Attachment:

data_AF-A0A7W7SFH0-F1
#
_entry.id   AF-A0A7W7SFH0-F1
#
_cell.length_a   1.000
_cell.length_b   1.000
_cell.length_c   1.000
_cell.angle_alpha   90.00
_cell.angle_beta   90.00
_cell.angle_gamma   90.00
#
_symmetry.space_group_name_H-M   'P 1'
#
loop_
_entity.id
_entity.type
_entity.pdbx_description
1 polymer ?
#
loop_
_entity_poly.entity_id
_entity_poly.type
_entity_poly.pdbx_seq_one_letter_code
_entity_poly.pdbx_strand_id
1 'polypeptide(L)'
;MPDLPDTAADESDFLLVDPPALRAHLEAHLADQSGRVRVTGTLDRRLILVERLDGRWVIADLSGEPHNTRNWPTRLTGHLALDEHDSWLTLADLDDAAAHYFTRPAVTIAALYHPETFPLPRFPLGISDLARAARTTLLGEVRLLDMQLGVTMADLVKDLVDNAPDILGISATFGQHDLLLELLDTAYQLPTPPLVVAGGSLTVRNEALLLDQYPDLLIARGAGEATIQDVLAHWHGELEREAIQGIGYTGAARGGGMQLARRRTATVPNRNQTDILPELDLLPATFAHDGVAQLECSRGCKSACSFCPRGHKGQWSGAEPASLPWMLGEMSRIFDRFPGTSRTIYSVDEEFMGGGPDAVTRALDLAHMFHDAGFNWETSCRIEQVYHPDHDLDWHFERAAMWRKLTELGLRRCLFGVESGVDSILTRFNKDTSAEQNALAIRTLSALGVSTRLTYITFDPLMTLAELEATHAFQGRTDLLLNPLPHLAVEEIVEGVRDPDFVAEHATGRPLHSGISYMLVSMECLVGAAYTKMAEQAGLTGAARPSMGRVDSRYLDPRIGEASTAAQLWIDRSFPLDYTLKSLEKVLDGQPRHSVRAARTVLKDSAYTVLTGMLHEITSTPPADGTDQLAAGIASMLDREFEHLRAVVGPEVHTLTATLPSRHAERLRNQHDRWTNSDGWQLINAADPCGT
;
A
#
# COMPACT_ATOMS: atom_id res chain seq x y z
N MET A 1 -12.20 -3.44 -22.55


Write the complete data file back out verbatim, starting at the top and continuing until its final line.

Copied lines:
data_AF-A0A7W7SFH0-F1
#
_entry.id   AF-A0A7W7SFH0-F1
#
_cell.length_a   1.000
_cell.length_b   1.000
_cell.length_c   1.000
_cell.angle_alpha   90.00
_cell.angle_beta   90.00
_cell.angle_gamma   90.00
#
_symmetry.space_group_name_H-M   'P 1'
#
loop_
_entity.id
_entity.type
_entity.pdbx_description
1 polymer ?
#
loop_
_entity_poly.entity_id
_entity_poly.type
_entity_poly.pdbx_seq_one_letter_code
_entity_poly.pdbx_strand_id
1 'polypeptide(L)'
;MPDLPDTAADESDFLLVDPPALRAHLEAHLADQSGRVRVTGTLDRRLILVERLDGRWVIADLSGEPHNTRNWPTRLTGHLALDEHDSWLTLADLDDAAAHYFTRPAVTIAALYHPETFPLPRFPLGISDLARAARTTLLGEVRLLDMQLGVTMADLVKDLVDNAPDILGISATFGQHDLLLELLDTAYQLPTPPLVVAGGSLTVRNEALLLDQYPDLLIARGAGEATIQDVLAHWHGELEREAIQGIGYTGAARGGGMQLARRRTATVPNRNQTDILPELDLLPATFAHDGVAQLECSRGCKSACSFCPRGHKGQWSGAEPASLPWMLGEMSRIFDRFPGTSRTIYSVDEEFMGGGPDAVTRALDLAHMFHDAGFNWETSCRIEQVYHPDHDLDWHFERAAMWRKLTELGLRRCLFGVESGVDSILTRFNKDTSAEQNALAIRTLSALGVSTRLTYITFDPLMTLAELEATHAFQGRTDLLLNPLPHLAVEEIVEGVRDPDFVAEHATGRPLHSGISYMLVSMECLVGAAYTKMAEQAGLTGAARPSMGRVDSRYLDPRIGEASTAAQLWIDRSFPLDYTLKSLEKVLDGQPRHSVRAARTVLKDSAYTVLTGMLHEITSTPPADGTDQLAAGIASMLDREFEHLRAVVGPEVHTLTATLPSRHAERLRNQHDRWTNSDGWQLINAADPCGT
;
A
#
# COMPACT_ATOMS: atom_id res chain seq x y z
N MET A 1 -12.20 -3.44 -22.55